This item somehow missed the post last night. A study of atheists and agnostics, funded by Templeton, came up with some illuminating facts:
2. In all six of our countries, majorities of unbelievers identify as having ‘no religion’. Nevertheless, in Denmark fully 28% of atheists and agnostics identify as Christians; in Brazil the figure is 18%. 8% of Japan’s unbelievers say they are Buddhists. Conversely, in Brazil (79%), the USA (63%), Denmark (60%), and the UK (52%), a majority of unbelievers were brought up as Christians. (1.1, 1.2)
3. Relatively few unbelievers select ‘Atheist’ or ‘Agnostic’ as their preferred (non)religious or secular identity. 38% of American atheists opt for ‘Atheist’, compared to just 19% of Danish atheists. Other well-known labels – ‘humanist’, ‘free thinker’, ‘sceptic’, ‘secular’ – are the go-to identity for only small proportions in each country. (1.3)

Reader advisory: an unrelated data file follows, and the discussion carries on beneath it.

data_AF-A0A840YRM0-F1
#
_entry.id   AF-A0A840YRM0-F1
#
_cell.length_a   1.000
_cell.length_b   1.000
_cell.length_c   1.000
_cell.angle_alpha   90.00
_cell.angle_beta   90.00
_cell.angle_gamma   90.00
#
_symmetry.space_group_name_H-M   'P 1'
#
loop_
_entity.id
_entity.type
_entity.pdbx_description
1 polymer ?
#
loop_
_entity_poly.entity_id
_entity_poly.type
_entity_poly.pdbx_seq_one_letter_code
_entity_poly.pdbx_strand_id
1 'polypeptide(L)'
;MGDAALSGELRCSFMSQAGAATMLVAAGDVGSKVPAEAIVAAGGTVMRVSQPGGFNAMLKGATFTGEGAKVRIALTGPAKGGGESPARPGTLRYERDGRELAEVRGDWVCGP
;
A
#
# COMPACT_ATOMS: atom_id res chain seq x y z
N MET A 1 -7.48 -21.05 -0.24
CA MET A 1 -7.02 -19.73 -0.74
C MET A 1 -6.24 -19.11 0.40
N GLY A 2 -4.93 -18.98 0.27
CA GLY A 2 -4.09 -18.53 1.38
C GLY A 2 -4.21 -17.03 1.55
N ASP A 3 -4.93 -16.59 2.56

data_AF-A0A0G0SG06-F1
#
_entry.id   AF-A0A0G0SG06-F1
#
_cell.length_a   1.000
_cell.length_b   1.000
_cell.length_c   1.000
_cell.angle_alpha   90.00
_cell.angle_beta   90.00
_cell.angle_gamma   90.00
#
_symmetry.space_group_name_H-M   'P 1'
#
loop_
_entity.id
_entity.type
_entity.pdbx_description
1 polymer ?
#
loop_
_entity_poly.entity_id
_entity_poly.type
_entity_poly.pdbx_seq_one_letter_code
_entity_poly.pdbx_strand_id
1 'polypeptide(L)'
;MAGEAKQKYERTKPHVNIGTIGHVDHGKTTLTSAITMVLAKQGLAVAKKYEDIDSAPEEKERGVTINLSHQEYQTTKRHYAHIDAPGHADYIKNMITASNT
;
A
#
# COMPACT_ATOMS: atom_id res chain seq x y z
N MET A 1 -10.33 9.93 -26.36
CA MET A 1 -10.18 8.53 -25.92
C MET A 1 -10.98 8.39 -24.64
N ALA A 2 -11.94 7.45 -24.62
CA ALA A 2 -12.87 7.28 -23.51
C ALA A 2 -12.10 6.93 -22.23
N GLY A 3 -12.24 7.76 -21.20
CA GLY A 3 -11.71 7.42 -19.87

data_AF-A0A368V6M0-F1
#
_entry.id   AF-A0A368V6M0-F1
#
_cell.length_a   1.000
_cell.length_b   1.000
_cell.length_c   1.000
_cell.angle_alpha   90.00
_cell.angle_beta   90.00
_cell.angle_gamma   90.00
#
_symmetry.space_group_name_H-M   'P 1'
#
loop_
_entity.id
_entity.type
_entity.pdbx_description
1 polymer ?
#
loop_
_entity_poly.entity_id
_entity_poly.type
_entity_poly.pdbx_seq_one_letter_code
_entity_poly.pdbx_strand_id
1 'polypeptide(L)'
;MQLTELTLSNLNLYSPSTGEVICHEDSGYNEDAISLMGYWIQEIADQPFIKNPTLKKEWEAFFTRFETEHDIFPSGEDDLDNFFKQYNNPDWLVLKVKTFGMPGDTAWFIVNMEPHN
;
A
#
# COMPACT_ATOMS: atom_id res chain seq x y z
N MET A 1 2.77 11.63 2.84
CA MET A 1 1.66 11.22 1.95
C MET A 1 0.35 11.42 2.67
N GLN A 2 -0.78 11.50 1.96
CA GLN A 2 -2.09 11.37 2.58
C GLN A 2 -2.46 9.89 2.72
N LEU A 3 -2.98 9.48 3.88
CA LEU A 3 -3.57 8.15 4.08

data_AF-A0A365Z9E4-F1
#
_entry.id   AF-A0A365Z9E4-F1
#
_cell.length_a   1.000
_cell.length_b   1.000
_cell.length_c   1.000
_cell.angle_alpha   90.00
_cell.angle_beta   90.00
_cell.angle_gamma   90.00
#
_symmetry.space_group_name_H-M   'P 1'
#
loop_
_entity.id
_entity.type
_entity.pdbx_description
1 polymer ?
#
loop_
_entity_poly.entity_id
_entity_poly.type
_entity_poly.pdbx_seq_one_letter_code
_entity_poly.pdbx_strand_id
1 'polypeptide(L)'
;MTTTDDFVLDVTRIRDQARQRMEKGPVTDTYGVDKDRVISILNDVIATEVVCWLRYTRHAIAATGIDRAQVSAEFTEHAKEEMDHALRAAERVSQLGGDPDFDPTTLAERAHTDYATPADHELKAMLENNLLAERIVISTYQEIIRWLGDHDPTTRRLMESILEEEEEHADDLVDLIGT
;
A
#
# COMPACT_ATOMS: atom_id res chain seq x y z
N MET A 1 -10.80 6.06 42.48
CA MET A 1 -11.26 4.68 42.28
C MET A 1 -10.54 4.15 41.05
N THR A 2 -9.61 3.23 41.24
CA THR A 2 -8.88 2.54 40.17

Unbelief in God doesn’t necessarily entail unbelief in other supernatural phenomena. Atheists and (less so) agnostics exhibit lower levels of supernatural belief than do the wider populations. However, only minorities of atheists or agnostics in each of our countries appear to be thoroughgoing naturalists. (2.2, 2.3 More. –
Stephen Sullivant, Miguel Farias, Jonathan Lanman, Lois Lee, Understanding Unbelief: Atheists and agnostics around the world – Interim findings from 2019 research in Brazil, China, Denmark, Japan, the United Kingdom, and the United States
It would appear to explain a lot. Read the rest; it’s free.
See also: Why is the New York Times into witchcraft now? The good news is, we have far less to fear from hexes than from anti-free speech legislation and crackdowns on academic freedom at the universities. We really must encourage them all to spend more time, much more time, on hexes.
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